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A boy is running in a small room and some native speakers command "No running", not "don't run".

When do we say "no running, no talking" and when saying "don't run", "don't talk"?

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Notices asking the general public not to do something in that place, such as NO SMOKING, are worded in that way. If used as a command to an individual person, the sense is "Don't do that because it's not allowed here". It could be dangerous for a child to run about among other people in a small space, so I suppose the people meant to tell the boy "This room isn't the right place to be running", rather than asking him personally to stop.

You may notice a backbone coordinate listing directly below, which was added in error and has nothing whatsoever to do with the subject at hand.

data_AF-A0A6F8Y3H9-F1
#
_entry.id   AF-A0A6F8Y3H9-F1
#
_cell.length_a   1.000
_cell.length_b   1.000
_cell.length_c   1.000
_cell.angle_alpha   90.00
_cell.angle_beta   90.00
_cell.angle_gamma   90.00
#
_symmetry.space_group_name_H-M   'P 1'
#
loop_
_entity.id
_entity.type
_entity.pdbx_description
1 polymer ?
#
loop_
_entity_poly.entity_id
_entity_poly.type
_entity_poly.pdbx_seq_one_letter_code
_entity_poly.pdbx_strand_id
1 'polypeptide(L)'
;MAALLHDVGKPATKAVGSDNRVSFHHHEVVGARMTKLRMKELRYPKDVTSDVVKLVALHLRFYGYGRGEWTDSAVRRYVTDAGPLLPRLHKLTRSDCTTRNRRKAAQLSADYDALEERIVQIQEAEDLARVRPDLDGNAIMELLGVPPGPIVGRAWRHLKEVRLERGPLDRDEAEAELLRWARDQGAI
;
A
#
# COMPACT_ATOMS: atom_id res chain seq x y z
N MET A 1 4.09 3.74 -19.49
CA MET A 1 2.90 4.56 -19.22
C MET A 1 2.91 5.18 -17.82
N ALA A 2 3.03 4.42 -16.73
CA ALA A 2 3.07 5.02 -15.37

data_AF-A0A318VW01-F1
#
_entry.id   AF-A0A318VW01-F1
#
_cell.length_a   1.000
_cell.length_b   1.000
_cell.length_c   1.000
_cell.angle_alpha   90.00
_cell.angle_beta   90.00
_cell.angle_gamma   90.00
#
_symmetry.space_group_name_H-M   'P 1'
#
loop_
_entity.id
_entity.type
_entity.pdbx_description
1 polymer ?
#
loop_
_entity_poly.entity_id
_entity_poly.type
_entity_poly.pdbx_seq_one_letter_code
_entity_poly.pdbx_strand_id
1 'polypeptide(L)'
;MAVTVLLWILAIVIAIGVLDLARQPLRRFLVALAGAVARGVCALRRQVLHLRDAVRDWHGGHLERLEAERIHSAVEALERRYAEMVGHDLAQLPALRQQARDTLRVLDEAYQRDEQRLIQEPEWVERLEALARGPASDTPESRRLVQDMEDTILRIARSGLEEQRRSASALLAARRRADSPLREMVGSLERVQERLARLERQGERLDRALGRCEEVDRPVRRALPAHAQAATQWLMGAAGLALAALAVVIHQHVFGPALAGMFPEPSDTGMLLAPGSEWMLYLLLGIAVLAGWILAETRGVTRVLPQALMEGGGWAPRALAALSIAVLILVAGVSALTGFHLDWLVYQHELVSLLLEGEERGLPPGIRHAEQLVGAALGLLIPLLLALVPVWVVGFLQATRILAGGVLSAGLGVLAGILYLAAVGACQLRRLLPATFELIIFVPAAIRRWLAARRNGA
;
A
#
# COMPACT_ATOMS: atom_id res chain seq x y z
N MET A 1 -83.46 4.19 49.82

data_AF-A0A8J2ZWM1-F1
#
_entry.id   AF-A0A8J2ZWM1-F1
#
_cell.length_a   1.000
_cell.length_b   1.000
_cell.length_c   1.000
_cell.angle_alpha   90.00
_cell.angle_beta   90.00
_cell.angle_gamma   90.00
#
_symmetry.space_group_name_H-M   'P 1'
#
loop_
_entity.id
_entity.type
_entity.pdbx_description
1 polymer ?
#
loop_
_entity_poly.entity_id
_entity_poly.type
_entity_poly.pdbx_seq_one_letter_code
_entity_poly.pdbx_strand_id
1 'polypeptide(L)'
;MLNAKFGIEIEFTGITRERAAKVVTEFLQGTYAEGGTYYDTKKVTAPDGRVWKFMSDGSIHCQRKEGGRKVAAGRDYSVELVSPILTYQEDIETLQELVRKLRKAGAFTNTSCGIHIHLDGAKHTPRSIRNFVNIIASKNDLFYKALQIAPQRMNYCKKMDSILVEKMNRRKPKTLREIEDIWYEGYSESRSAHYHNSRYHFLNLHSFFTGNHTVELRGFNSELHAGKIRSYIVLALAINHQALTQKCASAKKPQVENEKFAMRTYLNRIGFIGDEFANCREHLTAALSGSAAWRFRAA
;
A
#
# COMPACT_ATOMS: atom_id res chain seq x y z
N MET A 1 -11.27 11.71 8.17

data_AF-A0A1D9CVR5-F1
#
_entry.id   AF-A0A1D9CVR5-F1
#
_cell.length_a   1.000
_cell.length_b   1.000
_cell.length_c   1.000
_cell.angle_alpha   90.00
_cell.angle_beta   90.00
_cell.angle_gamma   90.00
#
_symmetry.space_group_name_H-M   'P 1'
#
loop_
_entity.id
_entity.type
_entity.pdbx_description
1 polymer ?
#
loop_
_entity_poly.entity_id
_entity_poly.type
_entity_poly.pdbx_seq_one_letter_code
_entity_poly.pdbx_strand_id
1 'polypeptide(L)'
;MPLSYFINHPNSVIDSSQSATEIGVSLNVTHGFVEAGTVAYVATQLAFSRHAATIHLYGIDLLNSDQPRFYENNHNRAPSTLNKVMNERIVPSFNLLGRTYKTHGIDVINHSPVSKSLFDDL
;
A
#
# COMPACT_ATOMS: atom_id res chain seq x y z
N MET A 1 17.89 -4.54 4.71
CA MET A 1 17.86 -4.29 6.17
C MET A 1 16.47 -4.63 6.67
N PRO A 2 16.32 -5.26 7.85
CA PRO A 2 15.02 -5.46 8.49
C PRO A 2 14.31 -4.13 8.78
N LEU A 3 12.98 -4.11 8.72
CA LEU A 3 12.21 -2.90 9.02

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"No running" is a rhetorical choice, to influence without a direct order.

"Don't run" is a command using the imperative. It is directed at a person. It implies "You! Don't run!"

"No running" is a noun phrase. It is less direct, it may be understood as "There is no running here", so it doesn't imply "you" particularly.

A person might use "Don't run" to be direct, or because the rule only applies to that one person. Or "No running" to give the same instruction while avoiding conflict. Because "No running" isn't directed at "you" it implies "This rule applies to me, you and everyone else". This is a rhetorical choice to get someone to do something by making them realise that it is a general rule and not just an order from me to you.

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I agree with @James K.

Here's my version.

Don't run! is personal.

No Running! is impersonal.

I interpret "No running" as "No running is allowed here."

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